NASA robotic lander InSight confirms quakes on Mars

WION Web Team New Delhi, India Feb 25, 2020, 06.02 PM(IST)

Life-size model of the spaceship Insight, NASA's first robotic lander dedicated to studying the deep interior of Mars Photograph:( Reuters )

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The InSight lander, which touched down on the planet's surface in November 2018 to begin the first mission to study the deep interior of Mars, has since detected around 450 marsquakes.

NASA's robotic InSight lander has for the first time established that Mars is seismically active.

The recent study claimed on Monday that Mars is a constantly tremoring "living" body as they unveiled measurements of seismic activity on the red planet showing similar tremble rates to Earth or the Moon.

The findings were published in the journals Nature Geoscience and Nature Communications.

For 15 months NASA's InSight robot craft scoured the surface of Earth's neighbour, and measured hundreds of so-called "Marsquakes".

These included several tremors that contained the same frequency patterns as tremors caused by the movement of Earth's own tectonic plates.

The InSight lander, which touched down on the planet's surface in November 2018 to begin the first mission to study the deep interior of Mars, has since detected around 450 marsquakes.

Also read: NASA's InSight sends first picture from Mars surface after safe landing

"This is the first mission focused on taking direct geophysical measurements of any planet besides Earth, and it's given us our first real understanding of Mars' interior structure and geological processes," said Nicholas Schmerr, an assistant professor of geology at the University of Maryland and a co-author of the study in Nature Geoscience.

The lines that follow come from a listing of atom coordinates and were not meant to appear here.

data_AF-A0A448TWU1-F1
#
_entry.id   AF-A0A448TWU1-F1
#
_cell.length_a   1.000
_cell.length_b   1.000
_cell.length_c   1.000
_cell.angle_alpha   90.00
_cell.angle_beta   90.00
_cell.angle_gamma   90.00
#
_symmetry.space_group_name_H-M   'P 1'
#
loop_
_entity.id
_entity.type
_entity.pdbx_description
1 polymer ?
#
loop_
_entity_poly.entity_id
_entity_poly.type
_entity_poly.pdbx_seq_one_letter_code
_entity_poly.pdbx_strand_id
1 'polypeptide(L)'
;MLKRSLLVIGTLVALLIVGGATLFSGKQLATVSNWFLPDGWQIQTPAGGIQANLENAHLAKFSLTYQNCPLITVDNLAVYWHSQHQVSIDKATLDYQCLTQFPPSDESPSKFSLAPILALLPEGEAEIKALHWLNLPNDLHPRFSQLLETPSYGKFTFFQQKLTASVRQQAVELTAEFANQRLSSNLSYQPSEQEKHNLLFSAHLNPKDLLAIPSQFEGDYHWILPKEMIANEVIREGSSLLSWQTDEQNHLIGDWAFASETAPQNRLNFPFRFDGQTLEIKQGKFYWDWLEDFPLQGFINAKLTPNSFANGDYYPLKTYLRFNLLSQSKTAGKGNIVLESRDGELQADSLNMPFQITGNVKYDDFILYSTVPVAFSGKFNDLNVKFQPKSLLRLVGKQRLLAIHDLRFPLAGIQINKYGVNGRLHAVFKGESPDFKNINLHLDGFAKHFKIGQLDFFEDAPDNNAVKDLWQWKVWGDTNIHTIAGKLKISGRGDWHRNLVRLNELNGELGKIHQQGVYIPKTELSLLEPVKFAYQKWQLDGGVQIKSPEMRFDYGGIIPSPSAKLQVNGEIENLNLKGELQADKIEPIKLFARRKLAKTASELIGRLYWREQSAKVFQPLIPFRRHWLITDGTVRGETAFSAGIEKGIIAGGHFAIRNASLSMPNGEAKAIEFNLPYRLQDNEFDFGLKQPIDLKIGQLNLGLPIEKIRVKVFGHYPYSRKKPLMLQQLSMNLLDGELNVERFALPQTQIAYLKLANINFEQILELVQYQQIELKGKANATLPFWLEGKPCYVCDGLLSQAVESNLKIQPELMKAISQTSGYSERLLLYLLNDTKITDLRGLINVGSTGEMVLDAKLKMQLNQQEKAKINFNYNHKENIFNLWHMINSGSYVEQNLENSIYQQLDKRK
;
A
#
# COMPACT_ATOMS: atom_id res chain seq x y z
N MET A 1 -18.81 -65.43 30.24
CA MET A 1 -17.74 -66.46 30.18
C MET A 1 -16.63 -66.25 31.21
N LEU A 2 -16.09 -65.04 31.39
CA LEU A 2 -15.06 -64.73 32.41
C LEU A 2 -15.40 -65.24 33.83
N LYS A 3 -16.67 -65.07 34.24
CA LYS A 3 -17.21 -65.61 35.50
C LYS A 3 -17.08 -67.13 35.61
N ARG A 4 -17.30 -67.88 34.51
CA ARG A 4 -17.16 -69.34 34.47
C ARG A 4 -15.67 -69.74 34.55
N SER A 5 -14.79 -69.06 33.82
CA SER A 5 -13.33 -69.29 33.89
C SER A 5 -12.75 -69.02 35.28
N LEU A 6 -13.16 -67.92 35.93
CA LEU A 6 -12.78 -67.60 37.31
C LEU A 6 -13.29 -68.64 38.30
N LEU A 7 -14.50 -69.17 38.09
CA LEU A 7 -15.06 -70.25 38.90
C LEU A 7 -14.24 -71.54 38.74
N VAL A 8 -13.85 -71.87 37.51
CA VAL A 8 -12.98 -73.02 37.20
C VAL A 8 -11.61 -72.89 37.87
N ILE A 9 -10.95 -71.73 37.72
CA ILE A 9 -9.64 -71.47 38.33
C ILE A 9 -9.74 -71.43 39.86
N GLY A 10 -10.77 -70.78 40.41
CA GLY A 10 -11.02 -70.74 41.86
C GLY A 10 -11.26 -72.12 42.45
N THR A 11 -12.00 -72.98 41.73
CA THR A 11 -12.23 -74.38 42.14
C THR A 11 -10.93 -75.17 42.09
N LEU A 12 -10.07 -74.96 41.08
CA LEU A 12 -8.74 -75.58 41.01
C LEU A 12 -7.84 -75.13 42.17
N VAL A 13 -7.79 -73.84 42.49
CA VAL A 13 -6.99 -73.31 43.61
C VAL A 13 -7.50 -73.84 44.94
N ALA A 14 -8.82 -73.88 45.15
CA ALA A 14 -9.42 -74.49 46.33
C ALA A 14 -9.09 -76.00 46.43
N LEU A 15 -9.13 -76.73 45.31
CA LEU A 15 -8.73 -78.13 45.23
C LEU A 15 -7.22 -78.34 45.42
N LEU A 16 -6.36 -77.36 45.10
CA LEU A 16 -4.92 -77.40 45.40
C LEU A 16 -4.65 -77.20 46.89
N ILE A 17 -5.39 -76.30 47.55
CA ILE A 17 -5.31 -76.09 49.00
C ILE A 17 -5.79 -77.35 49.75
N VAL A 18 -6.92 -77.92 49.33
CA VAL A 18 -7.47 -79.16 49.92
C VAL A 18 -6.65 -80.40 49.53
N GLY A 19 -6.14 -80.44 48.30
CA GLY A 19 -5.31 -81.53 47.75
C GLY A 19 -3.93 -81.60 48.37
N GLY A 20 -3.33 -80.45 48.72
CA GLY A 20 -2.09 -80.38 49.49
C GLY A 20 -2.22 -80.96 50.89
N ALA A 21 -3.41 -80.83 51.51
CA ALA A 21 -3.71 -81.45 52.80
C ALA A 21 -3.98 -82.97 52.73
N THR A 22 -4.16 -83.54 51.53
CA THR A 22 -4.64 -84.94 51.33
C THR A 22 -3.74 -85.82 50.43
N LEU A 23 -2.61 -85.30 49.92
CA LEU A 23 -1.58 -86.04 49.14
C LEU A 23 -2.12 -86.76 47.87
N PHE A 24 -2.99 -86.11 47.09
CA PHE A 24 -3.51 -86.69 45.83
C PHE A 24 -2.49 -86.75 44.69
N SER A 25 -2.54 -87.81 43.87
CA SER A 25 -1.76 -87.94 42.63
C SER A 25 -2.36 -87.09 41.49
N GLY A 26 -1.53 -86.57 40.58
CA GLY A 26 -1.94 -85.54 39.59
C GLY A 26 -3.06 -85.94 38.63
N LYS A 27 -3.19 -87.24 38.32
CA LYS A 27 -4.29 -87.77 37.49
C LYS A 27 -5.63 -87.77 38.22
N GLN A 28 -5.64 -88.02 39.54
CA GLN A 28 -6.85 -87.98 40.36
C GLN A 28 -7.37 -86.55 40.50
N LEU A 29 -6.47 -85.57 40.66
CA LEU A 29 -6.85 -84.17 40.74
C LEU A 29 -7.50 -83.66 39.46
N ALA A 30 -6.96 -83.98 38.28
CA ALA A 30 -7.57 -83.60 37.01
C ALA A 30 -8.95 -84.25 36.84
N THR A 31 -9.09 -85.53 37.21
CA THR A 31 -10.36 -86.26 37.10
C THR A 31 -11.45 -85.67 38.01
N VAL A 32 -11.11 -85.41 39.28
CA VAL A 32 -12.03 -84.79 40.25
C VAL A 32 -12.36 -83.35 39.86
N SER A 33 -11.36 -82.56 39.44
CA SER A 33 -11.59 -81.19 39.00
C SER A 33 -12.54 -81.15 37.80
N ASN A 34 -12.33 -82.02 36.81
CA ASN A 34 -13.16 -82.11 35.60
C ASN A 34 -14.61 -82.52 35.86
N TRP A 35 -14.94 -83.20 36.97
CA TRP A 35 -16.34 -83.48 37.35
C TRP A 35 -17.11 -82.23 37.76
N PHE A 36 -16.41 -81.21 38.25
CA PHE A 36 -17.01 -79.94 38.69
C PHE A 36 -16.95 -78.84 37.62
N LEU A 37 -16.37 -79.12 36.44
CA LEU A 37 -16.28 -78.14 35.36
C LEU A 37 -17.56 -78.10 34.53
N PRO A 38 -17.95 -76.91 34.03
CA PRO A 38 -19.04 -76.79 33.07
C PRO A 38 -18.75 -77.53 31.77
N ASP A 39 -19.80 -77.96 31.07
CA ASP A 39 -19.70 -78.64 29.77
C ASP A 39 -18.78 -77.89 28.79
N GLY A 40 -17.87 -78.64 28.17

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Another team of researchers found that at least 20 of the quakes measured by the InSight lander had the equivalent strength of a magnitude 3-4 earthquake.

The scientists described two dozen marsquakes in a magnitude 3 to 4 range in the published findings.

The location of some of the larger marsquakes was a region called Cerberus Fossae that bears evidence of volcanic flows, faulting and water on the surface within the past 10 million years, considered recent in geological terms.

"Thus, this area still has activity at depth, perhaps including hot magma. This in turn shows that Mars has regional variability in activity, with some areas still quite active," JPL planetary geophysicist and InSight deputy principal investigator Suzanne Smrekar said.

The existence of seismic activity on Mars had long been suspected but until now had not been definitively detected.